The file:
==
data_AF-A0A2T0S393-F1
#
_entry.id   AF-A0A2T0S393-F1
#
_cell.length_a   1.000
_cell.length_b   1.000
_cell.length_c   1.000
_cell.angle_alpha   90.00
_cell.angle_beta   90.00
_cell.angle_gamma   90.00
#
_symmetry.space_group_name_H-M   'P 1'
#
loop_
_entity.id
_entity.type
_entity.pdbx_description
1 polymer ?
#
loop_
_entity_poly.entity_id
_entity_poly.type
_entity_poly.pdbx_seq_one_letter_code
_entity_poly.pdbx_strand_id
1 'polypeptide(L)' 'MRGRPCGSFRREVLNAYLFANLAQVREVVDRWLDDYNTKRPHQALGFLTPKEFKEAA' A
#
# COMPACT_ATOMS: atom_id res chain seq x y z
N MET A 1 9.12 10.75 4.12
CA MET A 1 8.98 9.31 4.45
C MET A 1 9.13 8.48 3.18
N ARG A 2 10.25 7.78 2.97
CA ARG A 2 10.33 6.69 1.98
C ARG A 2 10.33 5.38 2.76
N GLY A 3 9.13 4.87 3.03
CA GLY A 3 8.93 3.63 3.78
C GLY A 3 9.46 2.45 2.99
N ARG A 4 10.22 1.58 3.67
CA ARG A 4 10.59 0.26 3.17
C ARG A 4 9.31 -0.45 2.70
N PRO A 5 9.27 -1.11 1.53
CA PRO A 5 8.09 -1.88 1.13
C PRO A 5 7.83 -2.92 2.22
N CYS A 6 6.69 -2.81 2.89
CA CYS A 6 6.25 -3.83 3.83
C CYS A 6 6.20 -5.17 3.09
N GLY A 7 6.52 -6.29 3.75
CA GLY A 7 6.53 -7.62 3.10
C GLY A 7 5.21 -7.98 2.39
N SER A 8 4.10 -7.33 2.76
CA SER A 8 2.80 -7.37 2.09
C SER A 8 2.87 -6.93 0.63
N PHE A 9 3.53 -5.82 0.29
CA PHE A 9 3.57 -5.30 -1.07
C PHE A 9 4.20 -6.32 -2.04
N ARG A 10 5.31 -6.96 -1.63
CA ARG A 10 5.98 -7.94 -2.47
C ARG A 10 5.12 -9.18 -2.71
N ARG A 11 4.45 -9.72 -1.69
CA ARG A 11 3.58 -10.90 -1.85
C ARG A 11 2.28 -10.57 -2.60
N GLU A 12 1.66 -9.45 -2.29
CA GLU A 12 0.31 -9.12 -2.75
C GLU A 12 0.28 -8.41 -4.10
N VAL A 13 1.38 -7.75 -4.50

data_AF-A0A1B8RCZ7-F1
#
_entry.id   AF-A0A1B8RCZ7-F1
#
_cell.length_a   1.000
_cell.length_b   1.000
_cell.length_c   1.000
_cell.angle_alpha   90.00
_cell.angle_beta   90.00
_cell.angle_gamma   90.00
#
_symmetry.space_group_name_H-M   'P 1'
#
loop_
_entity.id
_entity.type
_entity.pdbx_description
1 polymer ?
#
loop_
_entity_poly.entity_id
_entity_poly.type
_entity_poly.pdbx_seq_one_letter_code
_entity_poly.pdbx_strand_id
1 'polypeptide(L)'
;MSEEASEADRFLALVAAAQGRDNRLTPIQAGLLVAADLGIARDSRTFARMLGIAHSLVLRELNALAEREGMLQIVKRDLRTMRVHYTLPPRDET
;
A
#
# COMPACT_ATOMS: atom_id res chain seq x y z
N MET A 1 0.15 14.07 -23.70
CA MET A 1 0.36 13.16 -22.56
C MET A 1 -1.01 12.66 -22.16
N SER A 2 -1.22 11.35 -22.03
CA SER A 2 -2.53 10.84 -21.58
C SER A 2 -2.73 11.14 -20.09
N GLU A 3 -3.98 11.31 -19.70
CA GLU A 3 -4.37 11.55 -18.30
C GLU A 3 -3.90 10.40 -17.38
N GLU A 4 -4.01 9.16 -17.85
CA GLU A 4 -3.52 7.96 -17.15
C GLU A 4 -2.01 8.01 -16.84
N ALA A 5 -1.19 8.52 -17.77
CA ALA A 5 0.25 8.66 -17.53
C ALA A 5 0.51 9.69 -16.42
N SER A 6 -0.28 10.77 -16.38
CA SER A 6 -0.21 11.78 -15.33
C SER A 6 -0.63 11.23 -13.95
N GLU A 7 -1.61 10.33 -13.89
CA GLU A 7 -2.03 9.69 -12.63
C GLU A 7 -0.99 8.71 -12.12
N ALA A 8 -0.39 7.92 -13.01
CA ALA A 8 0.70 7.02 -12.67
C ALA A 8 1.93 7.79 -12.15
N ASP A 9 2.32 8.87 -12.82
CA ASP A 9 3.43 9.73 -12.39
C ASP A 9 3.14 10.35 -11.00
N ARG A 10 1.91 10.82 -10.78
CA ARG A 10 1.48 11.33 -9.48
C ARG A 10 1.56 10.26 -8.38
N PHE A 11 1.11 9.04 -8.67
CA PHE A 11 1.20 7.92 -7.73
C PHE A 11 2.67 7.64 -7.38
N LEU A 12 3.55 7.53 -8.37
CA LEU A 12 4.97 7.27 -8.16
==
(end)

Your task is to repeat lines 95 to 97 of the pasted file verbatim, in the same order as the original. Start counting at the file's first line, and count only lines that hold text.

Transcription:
N MET A 1 0.15 14.07 -23.70
CA MET A 1 0.36 13.16 -22.56
C MET A 1 -1.01 12.66 -22.16